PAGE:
Dystonia. Foot dystonia (rest and exercise-induced) was reported prior to and during L-dopa treatment; the latter developed early or later on in disease.

Other motor features. All subjects reported hemi-parkinsonian symptoms at onset with symptoms of slowly progressive parkinsonism. Freezing episodes and falls occurred late. Only one subject (III.9) reported significant bulbar symptoms late in disease.

Autonomic symptoms. Subject (III.13) reported symptoms of orthostatic hypotension after 15 years of disease.

Cognitive function. Cognition in subjects examined in detail (III.1, III.10, III.15 and IV.5) was normal (MMSE >28 years). In particular subject III.15 was normal despite disease duration of up to 26 years. Formal neuropsychometric testing in III.1 showed mild word finding difficulties, mild executive dysfunction with moderate speed and attention difficulties suggesting a mild degree of cognitive impairment predominantly affecting subcortical and anterior cortical regions despite 14 years of disease.

Response to treatment. Disease was characterized by significant response to l-dopa; subject III.10 reported sustained improvement after 25 years of disease and no dyskinesias despite 18 years of L-dopa treatment. Others reported little dyskinesia. Foot dystonia was more prominent at peak dose of l-dopa medication. Subject IV.5 had significant benefit from ropinirole and pramipexole as first line treatment. Subject III.15 reported significant improvement on benzhexol for 10 years and continued to report sustained improvement after substitution with l-dopa treatment.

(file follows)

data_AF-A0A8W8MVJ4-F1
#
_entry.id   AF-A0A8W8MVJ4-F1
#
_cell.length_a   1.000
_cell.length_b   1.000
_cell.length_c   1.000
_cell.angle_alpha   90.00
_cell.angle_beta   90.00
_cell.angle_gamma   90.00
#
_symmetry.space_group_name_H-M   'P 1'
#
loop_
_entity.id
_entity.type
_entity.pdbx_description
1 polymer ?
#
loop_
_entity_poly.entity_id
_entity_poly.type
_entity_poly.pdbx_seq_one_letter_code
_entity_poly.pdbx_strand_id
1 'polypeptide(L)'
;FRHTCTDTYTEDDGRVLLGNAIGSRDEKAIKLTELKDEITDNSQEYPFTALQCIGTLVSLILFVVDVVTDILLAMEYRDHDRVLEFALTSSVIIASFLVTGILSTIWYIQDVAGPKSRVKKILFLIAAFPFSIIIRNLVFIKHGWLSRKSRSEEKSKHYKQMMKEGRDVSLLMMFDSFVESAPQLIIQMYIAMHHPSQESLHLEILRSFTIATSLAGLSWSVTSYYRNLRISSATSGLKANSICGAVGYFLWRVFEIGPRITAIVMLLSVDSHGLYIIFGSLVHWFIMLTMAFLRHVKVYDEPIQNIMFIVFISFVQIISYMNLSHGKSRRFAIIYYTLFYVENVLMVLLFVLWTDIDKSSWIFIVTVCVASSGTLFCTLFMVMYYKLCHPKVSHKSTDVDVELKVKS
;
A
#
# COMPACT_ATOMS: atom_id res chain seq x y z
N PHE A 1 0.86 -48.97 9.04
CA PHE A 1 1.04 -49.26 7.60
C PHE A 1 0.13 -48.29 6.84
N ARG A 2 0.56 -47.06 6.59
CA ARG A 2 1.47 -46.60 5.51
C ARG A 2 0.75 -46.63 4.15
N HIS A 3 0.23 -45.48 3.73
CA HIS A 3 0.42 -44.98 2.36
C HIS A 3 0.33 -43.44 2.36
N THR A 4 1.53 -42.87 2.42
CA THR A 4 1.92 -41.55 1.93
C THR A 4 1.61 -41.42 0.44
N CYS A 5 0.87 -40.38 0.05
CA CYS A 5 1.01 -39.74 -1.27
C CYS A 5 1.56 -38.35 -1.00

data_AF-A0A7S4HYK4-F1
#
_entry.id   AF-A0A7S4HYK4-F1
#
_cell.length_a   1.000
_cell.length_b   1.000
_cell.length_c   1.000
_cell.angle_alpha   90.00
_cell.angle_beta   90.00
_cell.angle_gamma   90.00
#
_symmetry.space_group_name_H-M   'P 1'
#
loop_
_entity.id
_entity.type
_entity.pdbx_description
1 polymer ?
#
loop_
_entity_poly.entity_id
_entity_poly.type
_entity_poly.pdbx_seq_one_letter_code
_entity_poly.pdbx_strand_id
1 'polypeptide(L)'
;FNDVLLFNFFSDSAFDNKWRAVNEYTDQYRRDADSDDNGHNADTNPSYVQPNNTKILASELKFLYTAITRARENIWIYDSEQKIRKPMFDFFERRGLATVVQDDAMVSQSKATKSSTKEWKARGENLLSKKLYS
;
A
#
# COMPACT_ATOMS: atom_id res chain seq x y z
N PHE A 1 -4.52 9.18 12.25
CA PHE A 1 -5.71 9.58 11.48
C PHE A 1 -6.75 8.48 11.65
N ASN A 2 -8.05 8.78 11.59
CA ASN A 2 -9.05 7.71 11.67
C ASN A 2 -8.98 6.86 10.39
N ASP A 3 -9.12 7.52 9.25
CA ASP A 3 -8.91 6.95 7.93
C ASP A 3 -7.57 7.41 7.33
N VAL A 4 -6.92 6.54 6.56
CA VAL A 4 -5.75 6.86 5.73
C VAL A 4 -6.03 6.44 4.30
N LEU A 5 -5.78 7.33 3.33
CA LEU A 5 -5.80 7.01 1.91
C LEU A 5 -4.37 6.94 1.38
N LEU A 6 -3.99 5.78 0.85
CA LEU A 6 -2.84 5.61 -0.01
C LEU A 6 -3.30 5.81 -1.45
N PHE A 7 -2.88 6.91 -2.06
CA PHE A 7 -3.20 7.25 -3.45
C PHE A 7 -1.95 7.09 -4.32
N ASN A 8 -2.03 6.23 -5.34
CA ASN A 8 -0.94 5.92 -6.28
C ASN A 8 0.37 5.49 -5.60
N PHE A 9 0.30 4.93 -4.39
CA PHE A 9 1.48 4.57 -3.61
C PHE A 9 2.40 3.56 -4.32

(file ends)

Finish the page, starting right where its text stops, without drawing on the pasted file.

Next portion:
Behavioural disorder. Seven subjects reported behavioural disorder (anxiety attacks, depression, paranoia and suicide): six reported symptoms after the onset of parkinsonism and subject IV.5 described symptoms 2 years prior to disease onset.

Clinical features are summarized in Table 1.

Olfaction testing. Patients III.1, III.10, III.15 and IV.5 had scores of 34, 24, 25 and 36 out of 40, respectively on UPSIT testing.

Unaffected subjects. Subjects IV.3 (aged 42 years) and IV.6 (aged 48 years) declined a neurological examination or a PET scan. They were asymptomatic and are not reported to have signs of parkinsonism. Subjects III.3, III.4, III.7, III.21 and IV.7 (aged 77, 83, 78, 82 and 42 years, respectively) had normal examinations. Subject II.7 was aged 103 years, and is not reported to have developed parkinsonism.

Molecular data. Patient III.1 did not have HD, DRPLA, SCA3 expansions or alpha-synuclein rearrangements. A Y1699C missense mutation in LRRK2 was identified in Patients III.1, III.9, III.10, III.13, III.15, IV.4, IV.5 (Fig. 1). The mutation was not present in 1300 control chromosomes (Paisan-Ruiz et al., 2004) or unaffected subjects III.3, III.4, III.18, III.21, IV.2, IV.3, IV.6 and IV.7.

PET data. 18F-dopa PET of an affected Patient III.1 has previously been reported (Nichol et al., 2002). This showed a pattern of nigrostriatal dysfunction (presynaptic reduction of putamenal 18F-dopa uptake with relative sparing of the caudate) typical of idiopathic Parkinson's disease (Fig. 2). A further five subjects, III.3 (aged 77), III.4 (aged 83,), III.7 (aged 78), III.21 (aged 82) and IV.7 (aged 42), in whom the clinical examination was normal were also scanned; their 18F-dopa uptake was in the normal range (data not shown).


The brain of Patient III.13 weighed 1075 g and showed no evidence of atrophy. Coronal slices of the right cerebral hemisphere showed reduction in size of the lateral ventricle due to brain swelling secondary to hypoxia. The cortical ribbon and underlying white matter were unremarkable except for a region of haemorrhagic infarction in the medial occipital vascular watershed region. The caudate, putamen, globus pallidus and thalamus appeared normal. There was extreme pallor of the substantia nigra with some preservation of pigmentation in the medial aspect. The locus coeruleus was indiscernible. The medulla and cerebellum appeared normal.